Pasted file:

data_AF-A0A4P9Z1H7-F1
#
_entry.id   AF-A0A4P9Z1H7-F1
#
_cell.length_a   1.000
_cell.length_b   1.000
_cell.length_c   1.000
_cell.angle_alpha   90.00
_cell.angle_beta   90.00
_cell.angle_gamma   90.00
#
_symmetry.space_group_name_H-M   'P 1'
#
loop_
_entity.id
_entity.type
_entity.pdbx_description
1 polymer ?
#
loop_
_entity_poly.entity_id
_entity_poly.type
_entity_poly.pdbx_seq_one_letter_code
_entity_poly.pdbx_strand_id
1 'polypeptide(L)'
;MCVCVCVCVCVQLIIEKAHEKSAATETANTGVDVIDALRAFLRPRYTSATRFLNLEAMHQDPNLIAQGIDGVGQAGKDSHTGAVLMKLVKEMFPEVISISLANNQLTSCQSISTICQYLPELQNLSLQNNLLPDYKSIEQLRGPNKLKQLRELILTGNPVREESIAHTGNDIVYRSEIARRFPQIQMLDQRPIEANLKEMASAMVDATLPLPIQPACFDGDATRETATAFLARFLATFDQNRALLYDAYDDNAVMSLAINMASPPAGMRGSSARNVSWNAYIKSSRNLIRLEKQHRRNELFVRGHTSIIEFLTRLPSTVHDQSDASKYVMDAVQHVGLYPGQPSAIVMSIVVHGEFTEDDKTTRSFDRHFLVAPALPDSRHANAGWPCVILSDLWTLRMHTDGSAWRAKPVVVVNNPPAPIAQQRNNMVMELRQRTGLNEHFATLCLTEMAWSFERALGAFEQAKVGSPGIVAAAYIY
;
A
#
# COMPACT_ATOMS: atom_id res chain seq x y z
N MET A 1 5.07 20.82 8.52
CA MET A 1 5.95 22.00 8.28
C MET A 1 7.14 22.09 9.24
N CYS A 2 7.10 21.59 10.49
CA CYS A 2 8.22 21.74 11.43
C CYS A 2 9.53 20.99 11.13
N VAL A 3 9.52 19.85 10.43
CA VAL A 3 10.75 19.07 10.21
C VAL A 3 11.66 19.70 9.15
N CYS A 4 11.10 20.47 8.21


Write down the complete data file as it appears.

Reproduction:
data_AF-A0A4P9Z1H7-F1
#
_entry.id   AF-A0A4P9Z1H7-F1
#
_cell.length_a   1.000
_cell.length_b   1.000
_cell.length_c   1.000
_cell.angle_alpha   90.00
_cell.angle_beta   90.00
_cell.angle_gamma   90.00
#
_symmetry.space_group_name_H-M   'P 1'
#
loop_
_entity.id
_entity.type
_entity.pdbx_description
1 polymer ?
#
loop_
_entity_poly.entity_id
_entity_poly.type
_entity_poly.pdbx_seq_one_letter_code
_entity_poly.pdbx_strand_id
1 'polypeptide(L)'
;MCVCVCVCVCVQLIIEKAHEKSAATETANTGVDVIDALRAFLRPRYTSATRFLNLEAMHQDPNLIAQGIDGVGQAGKDSHTGAVLMKLVKEMFPEVISISLANNQLTSCQSISTICQYLPELQNLSLQNNLLPDYKSIEQLRGPNKLKQLRELILTGNPVREESIAHTGNDIVYRSEIARRFPQIQMLDQRPIEANLKEMASAMVDATLPLPIQPACFDGDATRETATAFLARFLATFDQNRALLYDAYDDNAVMSLAINMASPPAGMRGSSARNVSWNAYIKSSRNLIRLEKQHRRNELFVRGHTSIIEFLTRLPSTVHDQSDASKYVMDAVQHVGLYPGQPSAIVMSIVVHGEFTEDDKTTRSFDRHFLVAPALPDSRHANAGWPCVILSDLWTLRMHTDGSAWRAKPVVVVNNPPAPIAQQRNNMVMELRQRTGLNEHFATLCLTEMAWSFERALGAFEQAKVGSPGIVAAAYIY
;
A
#
# COMPACT_ATOMS: atom_id res chain seq x y z
N MET A 1 5.07 20.82 8.52
CA MET A 1 5.95 22.00 8.28
C MET A 1 7.14 22.09 9.24
N CYS A 2 7.10 21.59 10.49
CA CYS A 2 8.22 21.74 11.43
C CYS A 2 9.53 20.99 11.13
N VAL A 3 9.52 19.85 10.43
CA VAL A 3 10.75 19.07 10.21
C VAL A 3 11.66 19.70 9.15
N CYS A 4 11.10 20.47 8.21